Violating the ceasefire on important national and religious days is a military tradition, which is aimed at forcing psychological domination over the enemy. One such incident took place in the early hours of 15 August 1969, and again proved the futility of Partition.
A good shot
I had joined my unit in December 1968 and we were deployed in Poonch sector, manning the posts along the cease-fire line (now known as the Line of Control or LoC). The cease-fire line (CFL) had been active and both sides had indulged in firing in the last few months.
Our no-nonsense Commanding Officer sent a discreet message to his counterpart: “The Saragarhi Battalion has taken charge, violate the ceasefire at your peril”. The reply was curt: “We are well aware of your reputation, but you clap with two hands”.
A gentleman’s agreement was reached and our sector remained quiet. So much so that I would go out with my dog and shoot Chakor (partridge) along the CFL, and soldiers on both sides of the border watched it with amusement using their binoculars, an anecdote I had written about in my article for Newslaundry in July 2016.
One day, I was shooting near Bhai-Bhai (two prominent trees between our 405 Post and the enemy’s Raja Post), when a covey of Chakor took flight. And, I got a classic ‘right and left shot’ – shooting two birds, one with each barrel – with a double-barrel shotgun.
Suddenly, I heard someone clap and say, “Nishana achha hai, Laftain Sahib! (It’s a good shot, Lieutenant Sir!)”. A not-so-young JCO stood grinning, across the CFL. Later, he told me that he had served in 4 Sikh, which had 50 per cent Punjabi Muslims before Independence. He even knew some of our JCOs. However, this bonhomie came under attack on the night of 14/15 August.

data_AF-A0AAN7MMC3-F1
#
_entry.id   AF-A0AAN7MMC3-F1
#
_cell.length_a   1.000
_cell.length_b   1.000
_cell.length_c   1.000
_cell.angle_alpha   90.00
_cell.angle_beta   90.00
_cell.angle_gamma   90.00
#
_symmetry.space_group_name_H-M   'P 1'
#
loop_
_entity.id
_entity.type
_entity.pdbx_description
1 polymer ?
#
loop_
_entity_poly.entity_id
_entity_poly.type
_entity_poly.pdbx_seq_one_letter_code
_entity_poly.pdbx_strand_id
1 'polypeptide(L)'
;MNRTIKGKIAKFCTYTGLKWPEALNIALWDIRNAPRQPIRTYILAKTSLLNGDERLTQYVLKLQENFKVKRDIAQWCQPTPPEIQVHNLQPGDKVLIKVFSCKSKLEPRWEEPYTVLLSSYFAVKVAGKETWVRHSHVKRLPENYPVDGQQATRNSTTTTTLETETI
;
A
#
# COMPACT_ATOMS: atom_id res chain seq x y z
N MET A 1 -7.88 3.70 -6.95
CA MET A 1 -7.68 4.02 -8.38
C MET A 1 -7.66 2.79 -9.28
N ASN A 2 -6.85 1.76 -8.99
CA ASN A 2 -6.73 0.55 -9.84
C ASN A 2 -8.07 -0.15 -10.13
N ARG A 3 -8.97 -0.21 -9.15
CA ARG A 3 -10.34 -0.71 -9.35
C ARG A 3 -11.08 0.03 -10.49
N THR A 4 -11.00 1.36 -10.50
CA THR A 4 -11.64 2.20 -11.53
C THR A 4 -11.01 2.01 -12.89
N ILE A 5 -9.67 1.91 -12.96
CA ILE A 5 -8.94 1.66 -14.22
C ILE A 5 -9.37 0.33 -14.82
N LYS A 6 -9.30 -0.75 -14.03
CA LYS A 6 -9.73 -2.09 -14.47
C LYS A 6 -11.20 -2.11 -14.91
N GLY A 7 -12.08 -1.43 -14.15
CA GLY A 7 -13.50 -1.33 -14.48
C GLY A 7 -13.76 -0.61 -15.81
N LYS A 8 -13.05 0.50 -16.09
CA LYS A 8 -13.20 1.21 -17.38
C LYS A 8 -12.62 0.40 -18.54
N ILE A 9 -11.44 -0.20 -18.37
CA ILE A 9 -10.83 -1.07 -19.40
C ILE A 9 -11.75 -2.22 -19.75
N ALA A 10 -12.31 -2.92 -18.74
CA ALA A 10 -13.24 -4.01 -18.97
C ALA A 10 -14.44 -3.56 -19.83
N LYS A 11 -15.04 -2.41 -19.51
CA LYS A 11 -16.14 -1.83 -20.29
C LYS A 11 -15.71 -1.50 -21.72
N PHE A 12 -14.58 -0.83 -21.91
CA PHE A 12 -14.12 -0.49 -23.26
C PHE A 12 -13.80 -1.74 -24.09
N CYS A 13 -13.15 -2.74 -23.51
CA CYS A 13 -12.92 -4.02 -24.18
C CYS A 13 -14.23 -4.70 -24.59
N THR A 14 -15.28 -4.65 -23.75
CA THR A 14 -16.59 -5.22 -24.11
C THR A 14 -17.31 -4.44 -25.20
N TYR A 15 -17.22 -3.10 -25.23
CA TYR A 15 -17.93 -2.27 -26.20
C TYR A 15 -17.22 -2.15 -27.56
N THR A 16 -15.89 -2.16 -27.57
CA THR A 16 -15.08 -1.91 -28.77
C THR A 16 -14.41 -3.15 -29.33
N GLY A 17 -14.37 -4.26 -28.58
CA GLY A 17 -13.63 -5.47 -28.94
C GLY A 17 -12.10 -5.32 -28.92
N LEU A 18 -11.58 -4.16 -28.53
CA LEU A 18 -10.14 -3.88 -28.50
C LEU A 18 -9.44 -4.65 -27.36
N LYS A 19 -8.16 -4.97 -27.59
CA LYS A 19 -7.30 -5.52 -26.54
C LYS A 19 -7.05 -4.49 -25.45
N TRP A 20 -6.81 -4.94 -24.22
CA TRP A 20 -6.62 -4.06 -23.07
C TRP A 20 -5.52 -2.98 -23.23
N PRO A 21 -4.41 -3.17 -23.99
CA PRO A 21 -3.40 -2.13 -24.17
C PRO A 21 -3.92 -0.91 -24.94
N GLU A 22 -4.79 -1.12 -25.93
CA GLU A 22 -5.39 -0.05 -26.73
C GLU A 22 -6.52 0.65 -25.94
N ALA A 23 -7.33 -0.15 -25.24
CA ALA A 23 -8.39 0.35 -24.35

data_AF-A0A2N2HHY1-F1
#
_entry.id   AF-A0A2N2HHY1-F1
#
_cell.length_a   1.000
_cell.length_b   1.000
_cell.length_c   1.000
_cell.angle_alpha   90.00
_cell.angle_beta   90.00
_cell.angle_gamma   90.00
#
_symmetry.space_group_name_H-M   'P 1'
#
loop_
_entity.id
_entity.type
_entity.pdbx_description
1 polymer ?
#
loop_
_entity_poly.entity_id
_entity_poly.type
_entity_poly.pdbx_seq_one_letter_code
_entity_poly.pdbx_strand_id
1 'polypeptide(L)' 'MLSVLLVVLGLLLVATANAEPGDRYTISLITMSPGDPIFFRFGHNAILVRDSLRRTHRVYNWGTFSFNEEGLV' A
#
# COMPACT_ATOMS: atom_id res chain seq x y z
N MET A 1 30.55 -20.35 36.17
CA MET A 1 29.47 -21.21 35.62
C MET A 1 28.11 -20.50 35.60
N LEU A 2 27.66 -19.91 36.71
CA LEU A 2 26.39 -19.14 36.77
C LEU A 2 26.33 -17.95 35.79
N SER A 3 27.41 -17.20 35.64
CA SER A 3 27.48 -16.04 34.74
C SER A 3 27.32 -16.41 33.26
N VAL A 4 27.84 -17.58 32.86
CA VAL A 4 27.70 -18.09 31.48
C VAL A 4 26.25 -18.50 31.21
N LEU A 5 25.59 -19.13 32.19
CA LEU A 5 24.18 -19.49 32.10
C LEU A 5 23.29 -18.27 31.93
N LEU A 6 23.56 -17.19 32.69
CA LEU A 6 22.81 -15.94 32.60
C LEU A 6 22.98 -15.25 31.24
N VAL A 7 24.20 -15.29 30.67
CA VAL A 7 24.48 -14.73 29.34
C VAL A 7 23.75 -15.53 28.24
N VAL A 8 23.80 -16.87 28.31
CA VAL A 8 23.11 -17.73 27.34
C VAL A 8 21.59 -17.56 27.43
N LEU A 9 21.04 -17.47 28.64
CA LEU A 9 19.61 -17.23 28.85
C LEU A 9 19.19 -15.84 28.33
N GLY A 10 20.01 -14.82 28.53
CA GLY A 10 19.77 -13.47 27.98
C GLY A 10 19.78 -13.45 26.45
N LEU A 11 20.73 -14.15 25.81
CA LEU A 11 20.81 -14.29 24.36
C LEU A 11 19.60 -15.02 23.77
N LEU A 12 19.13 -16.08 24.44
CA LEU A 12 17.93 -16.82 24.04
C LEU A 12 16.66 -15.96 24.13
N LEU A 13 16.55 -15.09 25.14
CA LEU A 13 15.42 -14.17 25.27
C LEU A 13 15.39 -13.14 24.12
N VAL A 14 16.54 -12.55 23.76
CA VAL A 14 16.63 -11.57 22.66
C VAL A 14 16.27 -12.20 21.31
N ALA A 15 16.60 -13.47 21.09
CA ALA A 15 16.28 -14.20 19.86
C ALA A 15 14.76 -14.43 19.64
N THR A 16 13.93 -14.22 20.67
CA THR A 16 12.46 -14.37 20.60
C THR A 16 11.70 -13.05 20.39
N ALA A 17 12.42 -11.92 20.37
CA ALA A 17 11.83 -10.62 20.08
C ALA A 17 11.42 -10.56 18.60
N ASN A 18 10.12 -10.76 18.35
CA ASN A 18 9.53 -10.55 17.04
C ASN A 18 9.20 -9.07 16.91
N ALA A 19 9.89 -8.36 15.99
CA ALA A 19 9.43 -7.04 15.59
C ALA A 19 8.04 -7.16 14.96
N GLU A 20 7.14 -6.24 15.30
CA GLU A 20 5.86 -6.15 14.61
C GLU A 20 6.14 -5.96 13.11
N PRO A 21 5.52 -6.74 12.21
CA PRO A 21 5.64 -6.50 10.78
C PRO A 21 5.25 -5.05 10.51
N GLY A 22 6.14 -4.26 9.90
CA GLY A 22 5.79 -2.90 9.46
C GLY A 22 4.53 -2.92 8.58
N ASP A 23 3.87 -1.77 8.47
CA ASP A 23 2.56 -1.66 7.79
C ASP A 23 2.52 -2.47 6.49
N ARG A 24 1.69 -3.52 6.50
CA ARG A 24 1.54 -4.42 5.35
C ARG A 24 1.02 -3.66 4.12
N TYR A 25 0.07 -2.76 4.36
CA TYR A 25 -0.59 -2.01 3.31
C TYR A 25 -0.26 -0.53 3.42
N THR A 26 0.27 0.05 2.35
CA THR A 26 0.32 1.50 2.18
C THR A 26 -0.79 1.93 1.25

All hell breaks loose
There were intelligence reports that Pakistan might be up to some mischief on 14-15 August, when both countries celebrate their Independence Day. Both sides were on high alert to avoid being surprised by raids and ambushes. Our Commanding Officer decided that as part of the alert we must practice our operational mission, which was to capture the Raja Post, by rehearsing all the procedures up to the CFL.
Two companies were to man the posts and two were to practice the attack procedure. The plan was to launch the main attack from the right flank while the Commando Platoon would deceive the enemy by simulating an attack from the left flank. I was the Commando Platoon Commander. Umpires were accompanying the attacking troops to assess their performance to imaginary scenarios for practising various drills and procedures. Strict instructions were issued to not provoke any incident.
After last light on 14 August, we moved out of our posts to launch the ‘attack’. The ‘H Hour’ (time at which the actual attack commences) was 0100 hours. Given my hunting expeditions, I knew the terrain well and reached my position near the CFL by midnight.
Staying still and hiding, I remembered the ‘Tryst with destiny’ speech and started analysing the ‘state of the nation’ in the last 22 years. Suddenly, the calm was shattered by near-simultaneous opening of fire from the enemy side as well as from my rear. For the next 10 minutes, it was an ‘all hell breaks loose’ scenario.